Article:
A detection of the ultra-high energy neutrino flux
might establish an experimental lower limit on r and thus
allow important insights into new fundamental physics near the
grand unification scale. Even a non-detection with more stringent upper limits
would also be useful since it
could eliminate large classes of top down models of ultra-high
energy cosmic ray origin. For example, failing to detect
neutrinos above 10 EeV with an exposure A x t would rule out such
scenarios of the type shown in the figure above for r > [100
km**3 x 2pi x sr x yr/(A x t)].
The figure on the left shows a top down scenario with special focus
on the expected neutrino flux, as compared to contributions from
other potential sources.
Shown are predictions for the differential fluxes of muon
neutrinos and anti-neutrinos (solid blue lines) from the atmospheric
background for different zenith angles (hatched
region marked "atmospheric"), from proton blazars that are
photon optically thick to nucleons and are therefore not subject
to the "Waxman Bahcall bound", but contribute to the diffuse
gamma-ray flux (``proton blazar''), from ultra-high energy cosmic
ray interactions with the cosmic microwave background
("cosmogenic"), and for the same top down model (marked "SLBY98a",
for details see
as discussed overleaf
for the "visible" gamma ray and nucleon fluxes that are
shown again as dashed red line and dotted black line, respectively.
The data shown for the cosmic ray flux and the diffuse gamma ray flux
EGRET are as overleaf.
Points with arrows represent approximate upper limits on the
diffuse neutrino flux from the Frejus, the
EAS-TOP, and the
Fly's Eye experiments, as indicated. The projected
limit for the proposed
Auger Project is for non-detection
over a five year period, and similarly for the
Orbiting Wide-angle Light collectors (OWL).
The neutrino flux prediction from this
TD scenario produces an integral flux of about 0.15 events per year
above 10 EeV in a 2 pi km**3 sr size detector, which is close
to the model independent upper limit discussed above.
One of the major unresolved questions in particle physics is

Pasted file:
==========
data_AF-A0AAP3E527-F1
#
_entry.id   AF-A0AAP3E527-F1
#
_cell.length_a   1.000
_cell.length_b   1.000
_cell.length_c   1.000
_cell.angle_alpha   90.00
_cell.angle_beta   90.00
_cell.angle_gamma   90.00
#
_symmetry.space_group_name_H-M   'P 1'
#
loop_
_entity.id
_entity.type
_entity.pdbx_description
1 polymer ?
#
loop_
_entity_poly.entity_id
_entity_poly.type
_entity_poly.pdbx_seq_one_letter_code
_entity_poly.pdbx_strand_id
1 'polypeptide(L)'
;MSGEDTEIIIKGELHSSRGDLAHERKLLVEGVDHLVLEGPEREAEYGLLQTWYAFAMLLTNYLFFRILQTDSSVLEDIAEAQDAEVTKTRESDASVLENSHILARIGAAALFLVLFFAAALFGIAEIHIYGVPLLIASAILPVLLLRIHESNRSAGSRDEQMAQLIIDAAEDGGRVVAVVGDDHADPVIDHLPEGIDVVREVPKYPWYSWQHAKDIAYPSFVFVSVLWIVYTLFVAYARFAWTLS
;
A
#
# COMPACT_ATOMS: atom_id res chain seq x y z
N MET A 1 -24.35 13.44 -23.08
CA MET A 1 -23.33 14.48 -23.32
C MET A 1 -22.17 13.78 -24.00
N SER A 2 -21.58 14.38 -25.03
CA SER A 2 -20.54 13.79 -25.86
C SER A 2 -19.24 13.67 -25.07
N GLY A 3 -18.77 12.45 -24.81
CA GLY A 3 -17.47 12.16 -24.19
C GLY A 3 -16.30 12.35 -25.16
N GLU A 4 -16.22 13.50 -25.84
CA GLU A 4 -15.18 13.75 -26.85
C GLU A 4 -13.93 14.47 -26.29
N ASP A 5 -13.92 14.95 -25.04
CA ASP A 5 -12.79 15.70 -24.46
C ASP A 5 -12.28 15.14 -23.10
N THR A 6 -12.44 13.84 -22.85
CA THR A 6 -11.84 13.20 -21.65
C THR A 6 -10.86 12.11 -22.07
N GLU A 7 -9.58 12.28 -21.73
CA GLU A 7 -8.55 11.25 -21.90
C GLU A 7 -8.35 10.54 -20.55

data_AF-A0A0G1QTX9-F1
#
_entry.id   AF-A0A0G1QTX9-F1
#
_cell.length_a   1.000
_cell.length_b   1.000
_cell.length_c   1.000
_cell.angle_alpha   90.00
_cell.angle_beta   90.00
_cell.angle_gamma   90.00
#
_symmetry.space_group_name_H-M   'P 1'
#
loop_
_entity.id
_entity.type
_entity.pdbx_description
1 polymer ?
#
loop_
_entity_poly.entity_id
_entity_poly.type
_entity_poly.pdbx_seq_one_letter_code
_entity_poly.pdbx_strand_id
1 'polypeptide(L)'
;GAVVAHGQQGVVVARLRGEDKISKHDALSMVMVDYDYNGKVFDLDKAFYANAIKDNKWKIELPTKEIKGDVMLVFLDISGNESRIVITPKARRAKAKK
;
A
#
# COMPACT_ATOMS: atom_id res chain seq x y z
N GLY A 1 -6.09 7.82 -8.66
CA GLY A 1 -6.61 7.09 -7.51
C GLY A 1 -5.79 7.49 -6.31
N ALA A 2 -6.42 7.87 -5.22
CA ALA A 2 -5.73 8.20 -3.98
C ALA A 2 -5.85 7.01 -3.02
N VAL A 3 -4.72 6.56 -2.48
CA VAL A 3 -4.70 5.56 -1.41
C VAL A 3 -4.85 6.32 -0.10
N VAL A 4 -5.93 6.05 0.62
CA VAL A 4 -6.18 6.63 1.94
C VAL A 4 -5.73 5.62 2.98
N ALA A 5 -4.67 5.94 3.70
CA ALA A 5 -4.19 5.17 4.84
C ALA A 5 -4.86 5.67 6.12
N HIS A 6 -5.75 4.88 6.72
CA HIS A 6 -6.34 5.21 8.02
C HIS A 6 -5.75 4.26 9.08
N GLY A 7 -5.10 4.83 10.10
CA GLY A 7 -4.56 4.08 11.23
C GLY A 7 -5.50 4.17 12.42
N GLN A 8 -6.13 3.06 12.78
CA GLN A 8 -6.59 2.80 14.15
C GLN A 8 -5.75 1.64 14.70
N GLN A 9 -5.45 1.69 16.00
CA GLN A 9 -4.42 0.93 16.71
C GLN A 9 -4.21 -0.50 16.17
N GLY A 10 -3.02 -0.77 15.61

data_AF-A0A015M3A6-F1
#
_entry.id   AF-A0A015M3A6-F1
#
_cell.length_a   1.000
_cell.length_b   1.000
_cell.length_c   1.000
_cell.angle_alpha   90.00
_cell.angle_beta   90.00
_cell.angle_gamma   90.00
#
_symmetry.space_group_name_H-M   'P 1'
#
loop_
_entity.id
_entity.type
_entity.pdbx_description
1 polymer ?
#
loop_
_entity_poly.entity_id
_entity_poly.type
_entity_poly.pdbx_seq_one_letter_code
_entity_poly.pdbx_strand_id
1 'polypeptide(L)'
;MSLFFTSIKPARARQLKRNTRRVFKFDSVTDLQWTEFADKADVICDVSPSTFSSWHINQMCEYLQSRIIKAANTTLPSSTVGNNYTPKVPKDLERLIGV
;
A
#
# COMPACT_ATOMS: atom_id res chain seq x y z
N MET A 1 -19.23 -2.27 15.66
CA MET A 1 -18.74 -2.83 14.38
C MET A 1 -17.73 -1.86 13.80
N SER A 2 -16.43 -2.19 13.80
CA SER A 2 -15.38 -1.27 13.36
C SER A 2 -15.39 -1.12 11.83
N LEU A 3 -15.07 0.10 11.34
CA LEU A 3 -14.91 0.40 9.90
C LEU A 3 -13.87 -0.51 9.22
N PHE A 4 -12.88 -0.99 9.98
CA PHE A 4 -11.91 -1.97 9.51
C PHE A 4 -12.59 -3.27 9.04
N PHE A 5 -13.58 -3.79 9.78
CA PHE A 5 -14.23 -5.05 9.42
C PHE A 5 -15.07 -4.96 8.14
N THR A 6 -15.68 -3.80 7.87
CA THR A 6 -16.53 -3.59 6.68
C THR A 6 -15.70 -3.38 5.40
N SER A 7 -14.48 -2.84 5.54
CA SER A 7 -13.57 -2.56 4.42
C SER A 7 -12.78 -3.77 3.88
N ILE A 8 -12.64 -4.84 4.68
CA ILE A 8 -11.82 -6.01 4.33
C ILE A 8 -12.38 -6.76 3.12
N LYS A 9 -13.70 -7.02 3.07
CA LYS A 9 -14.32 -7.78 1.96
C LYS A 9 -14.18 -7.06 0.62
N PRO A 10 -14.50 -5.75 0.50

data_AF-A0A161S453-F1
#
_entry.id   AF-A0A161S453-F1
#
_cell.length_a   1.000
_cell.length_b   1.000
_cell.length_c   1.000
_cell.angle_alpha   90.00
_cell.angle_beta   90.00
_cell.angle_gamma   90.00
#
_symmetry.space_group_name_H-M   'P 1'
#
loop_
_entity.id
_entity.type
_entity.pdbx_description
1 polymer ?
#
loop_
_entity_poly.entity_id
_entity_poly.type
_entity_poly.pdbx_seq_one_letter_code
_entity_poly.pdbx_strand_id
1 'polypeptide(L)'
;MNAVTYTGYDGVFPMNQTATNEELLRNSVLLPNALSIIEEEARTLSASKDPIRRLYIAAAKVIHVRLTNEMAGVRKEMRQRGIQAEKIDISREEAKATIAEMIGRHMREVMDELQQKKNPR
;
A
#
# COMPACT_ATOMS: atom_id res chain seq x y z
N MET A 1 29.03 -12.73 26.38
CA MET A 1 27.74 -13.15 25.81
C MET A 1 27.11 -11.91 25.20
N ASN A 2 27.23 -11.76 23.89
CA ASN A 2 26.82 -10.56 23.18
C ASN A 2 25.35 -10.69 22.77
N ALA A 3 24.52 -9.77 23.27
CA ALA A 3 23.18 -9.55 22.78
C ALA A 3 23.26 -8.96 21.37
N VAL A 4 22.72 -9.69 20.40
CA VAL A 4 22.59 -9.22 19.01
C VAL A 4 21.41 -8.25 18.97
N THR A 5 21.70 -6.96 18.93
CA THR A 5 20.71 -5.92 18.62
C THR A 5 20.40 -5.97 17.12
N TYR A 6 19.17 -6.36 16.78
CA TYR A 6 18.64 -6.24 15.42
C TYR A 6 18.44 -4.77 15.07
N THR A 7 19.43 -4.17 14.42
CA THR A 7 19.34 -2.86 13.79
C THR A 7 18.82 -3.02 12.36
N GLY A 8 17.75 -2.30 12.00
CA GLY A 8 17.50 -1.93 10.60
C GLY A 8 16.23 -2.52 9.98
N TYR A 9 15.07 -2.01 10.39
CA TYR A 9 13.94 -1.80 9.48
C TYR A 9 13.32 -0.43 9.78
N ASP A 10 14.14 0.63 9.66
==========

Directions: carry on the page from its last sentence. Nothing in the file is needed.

whether neutrinos have mass. If they have masses m of several
electron volts, the relic neutrino background would constitute a
significant fraction of
the energy density of the present day universe in the form of
As an example, the figure on the left shows resulting neutrino fluxes
in a TD scenario (marked "SLBY98b", for details see
where heavy X particles of mass 10**14 GeV
decay into two neutrinos, using the same line key
as above. The neutrino fluxes are maximal in the sense that the
secondary cascade gamma rays produced mostly by neutrino
interactions with the uniform relic neutrino background is
compatible with the EGRET limit. All neutrinos have been assumed
to have a mass of 1 eV. The secondary gamma-rays and nucleons
at ultra high energies are mostly produced on the local
clustered (hot dark matter) component of massive neutrinos
and can account for the highest energy events if the product
of the clustering length scale and the overdensity over this
scale is larger than 150 Mpc. On a Supercluster scale of about
5 Mpc, this would correspond to an overdensity of 30, not
inconceivable values. As can be seen, the neutrino fluxes are
even comparable with predictions by more conventional models
of active galactic nuclei down to 1 PeV, and would give rise
to event rates of 0.64 above 10 EeV, and 2.8 above 1 PeV
per year in a 2 pi km**3 sr size detector.
As a further example (for details, see
this paper), the figure on the left shows
fluxes from a homogeneous distribution of AGNs exclusively
emitting neutrinos with an E**(-1) spectrum up to 10**(22) eV
and a redshift of 3 (assuming a bright phase exponent of 3).
The neutrinos of mass 1 eV were assumed to have an
overdensity of 20 on the scale of the local Supercluster.
Again, the gamma ray and nucleon fluxes are all secondaries of the
neutrino interactions. See also
Physical Review Focus 2, story 33 for a popular
account of this scenario.
The detection of ultra-high energy neutrinos not only depends on the astrophysical fluxes but also on the neutrino-nucleon cross section which is not measured above 100 TeV. For example, radiative corrections can have an important influence on the character of the air showers created by ultra-high energy neutrinos interacting in ice, water, or the atmosphere; I have discussed Standard Model predictions in this paper.
In addition, new interactions beyond the electroweak scale could significantly modify cross sections which in turn can be probed by astrophysical ultra-high energy neutrinos.
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